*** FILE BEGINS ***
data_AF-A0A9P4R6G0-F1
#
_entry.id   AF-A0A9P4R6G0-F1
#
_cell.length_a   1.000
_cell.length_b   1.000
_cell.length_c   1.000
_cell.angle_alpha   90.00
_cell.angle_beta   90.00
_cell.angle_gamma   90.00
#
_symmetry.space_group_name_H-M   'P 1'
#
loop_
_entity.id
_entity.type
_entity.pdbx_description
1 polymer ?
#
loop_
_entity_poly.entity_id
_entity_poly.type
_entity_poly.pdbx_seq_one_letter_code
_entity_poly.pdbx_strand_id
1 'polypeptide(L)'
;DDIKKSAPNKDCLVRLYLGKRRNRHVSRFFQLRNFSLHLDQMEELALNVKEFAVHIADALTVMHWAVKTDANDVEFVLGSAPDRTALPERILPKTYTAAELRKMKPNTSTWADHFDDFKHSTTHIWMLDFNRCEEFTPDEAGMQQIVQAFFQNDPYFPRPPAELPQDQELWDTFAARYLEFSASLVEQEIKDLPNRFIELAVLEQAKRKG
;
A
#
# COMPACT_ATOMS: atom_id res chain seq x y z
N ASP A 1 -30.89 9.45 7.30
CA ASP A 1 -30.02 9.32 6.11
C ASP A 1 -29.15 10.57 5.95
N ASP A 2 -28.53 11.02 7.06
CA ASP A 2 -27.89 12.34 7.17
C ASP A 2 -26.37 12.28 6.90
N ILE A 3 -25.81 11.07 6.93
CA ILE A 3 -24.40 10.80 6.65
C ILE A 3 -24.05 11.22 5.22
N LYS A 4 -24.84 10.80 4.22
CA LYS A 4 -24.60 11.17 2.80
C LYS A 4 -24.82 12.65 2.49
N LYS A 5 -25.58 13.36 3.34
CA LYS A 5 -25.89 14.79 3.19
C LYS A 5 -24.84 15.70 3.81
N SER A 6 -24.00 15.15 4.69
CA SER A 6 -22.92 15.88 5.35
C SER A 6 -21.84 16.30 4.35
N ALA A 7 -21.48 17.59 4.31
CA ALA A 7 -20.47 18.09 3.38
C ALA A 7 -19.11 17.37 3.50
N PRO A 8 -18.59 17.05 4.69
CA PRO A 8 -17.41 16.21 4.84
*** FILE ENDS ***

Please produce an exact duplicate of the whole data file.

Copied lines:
data_AF-A0A9P4R6G0-F1
#
_entry.id   AF-A0A9P4R6G0-F1
#
_cell.length_a   1.000
_cell.length_b   1.000
_cell.length_c   1.000
_cell.angle_alpha   90.00
_cell.angle_beta   90.00
_cell.angle_gamma   90.00
#
_symmetry.space_group_name_H-M   'P 1'
#
loop_
_entity.id
_entity.type
_entity.pdbx_description
1 polymer ?
#
loop_
_entity_poly.entity_id
_entity_poly.type
_entity_poly.pdbx_seq_one_letter_code
_entity_poly.pdbx_strand_id
1 'polypeptide(L)'
;DDIKKSAPNKDCLVRLYLGKRRNRHVSRFFQLRNFSLHLDQMEELALNVKEFAVHIADALTVMHWAVKTDANDVEFVLGSAPDRTALPERILPKTYTAAELRKMKPNTSTWADHFDDFKHSTTHIWMLDFNRCEEFTPDEAGMQQIVQAFFQNDPYFPRPPAELPQDQELWDTFAARYLEFSASLVEQEIKDLPNRFIELAVLEQAKRKG
;
A
#
# COMPACT_ATOMS: atom_id res chain seq x y z
N ASP A 1 -30.89 9.45 7.30
CA ASP A 1 -30.02 9.32 6.11
C ASP A 1 -29.15 10.57 5.95
N ASP A 2 -28.53 11.02 7.06
CA ASP A 2 -27.89 12.34 7.17
C ASP A 2 -26.37 12.28 6.90
N ILE A 3 -25.81 11.07 6.93
CA ILE A 3 -24.40 10.80 6.65
C ILE A 3 -24.05 11.22 5.22
N LYS A 4 -24.84 10.80 4.22
CA LYS A 4 -24.60 11.17 2.80
C LYS A 4 -24.82 12.65 2.49
N LYS A 5 -25.58 13.36 3.34
CA LYS A 5 -25.89 14.79 3.19
C LYS A 5 -24.84 15.70 3.81
N SER A 6 -24.00 15.15 4.69
CA SER A 6 -22.92 15.88 5.35
C SER A 6 -21.84 16.30 4.35
N ALA A 7 -21.48 17.59 4.31
CA ALA A 7 -20.47 18.09 3.38
C ALA A 7 -19.11 17.37 3.50
N PRO A 8 -18.59 17.05 4.69
CA PRO A 8 -17.41 16.21 4.84